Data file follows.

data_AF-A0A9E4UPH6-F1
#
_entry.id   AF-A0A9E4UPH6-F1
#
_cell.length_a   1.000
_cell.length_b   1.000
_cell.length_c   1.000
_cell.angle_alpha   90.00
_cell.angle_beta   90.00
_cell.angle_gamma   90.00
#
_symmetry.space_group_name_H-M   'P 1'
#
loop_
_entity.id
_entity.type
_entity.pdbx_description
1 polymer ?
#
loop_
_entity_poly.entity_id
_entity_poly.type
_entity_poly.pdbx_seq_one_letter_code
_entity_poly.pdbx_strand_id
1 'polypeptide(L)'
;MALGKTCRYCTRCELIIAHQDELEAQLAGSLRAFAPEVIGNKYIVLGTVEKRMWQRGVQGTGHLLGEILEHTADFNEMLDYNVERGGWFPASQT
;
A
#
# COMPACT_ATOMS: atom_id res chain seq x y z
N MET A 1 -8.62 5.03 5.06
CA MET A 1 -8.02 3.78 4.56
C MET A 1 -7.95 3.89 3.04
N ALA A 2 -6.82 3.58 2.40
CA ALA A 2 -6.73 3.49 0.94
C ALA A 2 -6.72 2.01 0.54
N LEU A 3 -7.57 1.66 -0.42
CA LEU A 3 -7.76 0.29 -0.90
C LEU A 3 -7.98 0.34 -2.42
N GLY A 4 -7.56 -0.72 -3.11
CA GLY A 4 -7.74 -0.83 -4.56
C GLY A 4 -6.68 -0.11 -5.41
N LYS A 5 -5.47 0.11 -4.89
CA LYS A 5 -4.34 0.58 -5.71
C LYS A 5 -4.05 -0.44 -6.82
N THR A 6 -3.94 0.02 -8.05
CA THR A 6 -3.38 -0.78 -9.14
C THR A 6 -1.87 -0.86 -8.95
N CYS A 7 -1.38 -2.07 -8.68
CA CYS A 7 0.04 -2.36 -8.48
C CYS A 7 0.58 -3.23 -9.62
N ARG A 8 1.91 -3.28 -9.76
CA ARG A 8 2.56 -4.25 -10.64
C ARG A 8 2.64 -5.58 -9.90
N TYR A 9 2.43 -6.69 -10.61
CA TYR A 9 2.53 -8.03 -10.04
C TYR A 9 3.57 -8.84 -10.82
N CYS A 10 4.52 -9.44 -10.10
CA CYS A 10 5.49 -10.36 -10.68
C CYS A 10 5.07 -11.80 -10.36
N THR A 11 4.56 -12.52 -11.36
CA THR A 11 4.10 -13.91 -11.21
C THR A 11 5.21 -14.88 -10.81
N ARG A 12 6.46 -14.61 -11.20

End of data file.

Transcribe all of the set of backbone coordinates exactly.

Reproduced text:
data_AF-A0A9E4UPH6-F1
#
_entry.id   AF-A0A9E4UPH6-F1
#
_cell.length_a   1.000
_cell.length_b   1.000
_cell.length_c   1.000
_cell.angle_alpha   90.00
_cell.angle_beta   90.00
_cell.angle_gamma   90.00
#
_symmetry.space_group_name_H-M   'P 1'
#
loop_
_entity.id
_entity.type
_entity.pdbx_description
1 polymer ?
#
loop_
_entity_poly.entity_id
_entity_poly.type
_entity_poly.pdbx_seq_one_letter_code
_entity_poly.pdbx_strand_id
1 'polypeptide(L)'
;MALGKTCRYCTRCELIIAHQDELEAQLAGSLRAFAPEVIGNKYIVLGTVEKRMWQRGVQGTGHLLGEILEHTADFNEMLDYNVERGGWFPASQT
;
A
#
# COMPACT_ATOMS: atom_id res chain seq x y z
N MET A 1 -8.62 5.03 5.06
CA MET A 1 -8.02 3.78 4.56
C MET A 1 -7.95 3.89 3.04
N ALA A 2 -6.82 3.58 2.40
CA ALA A 2 -6.73 3.49 0.94
C ALA A 2 -6.72 2.01 0.54
N LEU A 3 -7.57 1.66 -0.42
CA LEU A 3 -7.76 0.29 -0.90
C LEU A 3 -7.98 0.34 -2.42
N GLY A 4 -7.56 -0.72 -3.11
CA GLY A 4 -7.74 -0.83 -4.56
C GLY A 4 -6.68 -0.11 -5.41
N LYS A 5 -5.47 0.11 -4.89
CA LYS A 5 -4.34 0.58 -5.71
C LYS A 5 -4.05 -0.44 -6.82
N THR A 6 -3.94 0.02 -8.05
CA THR A 6 -3.38 -0.78 -9.14
C THR A 6 -1.87 -0.86 -8.95
N CYS A 7 -1.38 -2.07 -8.68
CA CYS A 7 0.04 -2.36 -8.48
C CYS A 7 0.58 -3.23 -9.62
N ARG A 8 1.91 -3.28 -9.76
CA ARG A 8 2.56 -4.25 -10.64
C ARG A 8 2.64 -5.58 -9.90
N TYR A 9 2.43 -6.69 -10.61
CA TYR A 9 2.53 -8.03 -10.04
C TYR A 9 3.57 -8.84 -10.82
N CYS A 10 4.52 -9.44 -10.10
CA CYS A 10 5.49 -10.36 -10.68
C CYS A 10 5.07 -11.80 -10.36
N THR A 11 4.56 -12.52 -11.36
CA THR A 11 4.10 -13.91 -11.21
C THR A 11 5.21 -14.88 -10.81
N ARG A 12 6.46 -14.61 -11.20